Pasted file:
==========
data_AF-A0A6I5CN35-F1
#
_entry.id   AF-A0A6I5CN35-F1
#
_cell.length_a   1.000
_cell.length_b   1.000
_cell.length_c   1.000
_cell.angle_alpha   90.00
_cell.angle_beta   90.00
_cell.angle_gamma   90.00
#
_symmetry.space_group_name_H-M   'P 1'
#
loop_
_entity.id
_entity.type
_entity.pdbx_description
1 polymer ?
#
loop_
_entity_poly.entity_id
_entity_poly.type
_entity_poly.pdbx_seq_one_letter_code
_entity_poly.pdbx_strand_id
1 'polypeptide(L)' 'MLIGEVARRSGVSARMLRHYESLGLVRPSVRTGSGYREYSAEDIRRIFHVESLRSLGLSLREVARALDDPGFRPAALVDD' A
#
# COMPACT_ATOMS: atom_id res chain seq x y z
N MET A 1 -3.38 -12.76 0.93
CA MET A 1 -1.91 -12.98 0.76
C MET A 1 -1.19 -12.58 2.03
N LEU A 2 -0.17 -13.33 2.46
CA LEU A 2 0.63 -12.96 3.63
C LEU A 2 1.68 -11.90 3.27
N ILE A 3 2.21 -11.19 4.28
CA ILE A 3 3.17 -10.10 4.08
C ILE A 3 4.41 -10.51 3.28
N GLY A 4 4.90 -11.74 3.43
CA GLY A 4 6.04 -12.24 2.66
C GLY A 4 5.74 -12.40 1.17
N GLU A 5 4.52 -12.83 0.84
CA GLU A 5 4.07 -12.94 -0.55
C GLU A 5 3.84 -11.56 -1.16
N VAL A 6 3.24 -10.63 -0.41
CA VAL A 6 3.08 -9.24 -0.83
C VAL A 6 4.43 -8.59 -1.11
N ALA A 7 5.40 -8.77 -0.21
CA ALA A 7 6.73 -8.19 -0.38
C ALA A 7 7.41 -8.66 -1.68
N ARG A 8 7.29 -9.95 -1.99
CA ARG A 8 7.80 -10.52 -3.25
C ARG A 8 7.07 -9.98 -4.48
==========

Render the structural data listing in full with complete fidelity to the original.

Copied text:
data_AF-A0A6I5CN35-F1
#
_entry.id   AF-A0A6I5CN35-F1
#
_cell.length_a   1.000
_cell.length_b   1.000
_cell.length_c   1.000
_cell.angle_alpha   90.00
_cell.angle_beta   90.00
_cell.angle_gamma   90.00
#
_symmetry.space_group_name_H-M   'P 1'
#
loop_
_entity.id
_entity.type
_entity.pdbx_description
1 polymer ?
#
loop_
_entity_poly.entity_id
_entity_poly.type
_entity_poly.pdbx_seq_one_letter_code
_entity_poly.pdbx_strand_id
1 'polypeptide(L)' 'MLIGEVARRSGVSARMLRHYESLGLVRPSVRTGSGYREYSAEDIRRIFHVESLRSLGLSLREVARALDDPGFRPAALVDD' A
#
# COMPACT_ATOMS: atom_id res chain seq x y z
N MET A 1 -3.38 -12.76 0.93
CA MET A 1 -1.91 -12.98 0.76
C MET A 1 -1.19 -12.58 2.03
N LEU A 2 -0.17 -13.33 2.46
CA LEU A 2 0.63 -12.96 3.63
C LEU A 2 1.68 -11.90 3.27
N ILE A 3 2.21 -11.19 4.28
CA ILE A 3 3.17 -10.10 4.08
C ILE A 3 4.41 -10.51 3.28
N GLY A 4 4.90 -11.74 3.43
CA GLY A 4 6.04 -12.24 2.66
C GLY A 4 5.74 -12.40 1.17
N GLU A 5 4.52 -12.83 0.84
CA GLU A 5 4.07 -12.94 -0.55
C GLU A 5 3.84 -11.56 -1.16
N VAL A 6 3.24 -10.63 -0.41
CA VAL A 6 3.08 -9.24 -0.83
C VAL A 6 4.43 -8.59 -1.11
N ALA A 7 5.40 -8.77 -0.21
CA ALA A 7 6.73 -8.19 -0.38
C ALA A 7 7.41 -8.66 -1.68
N ARG A 8 7.29 -9.95 -1.99
CA ARG A 8 7.80 -10.52 -3.25
C ARG A 8 7.07 -9.98 -4.48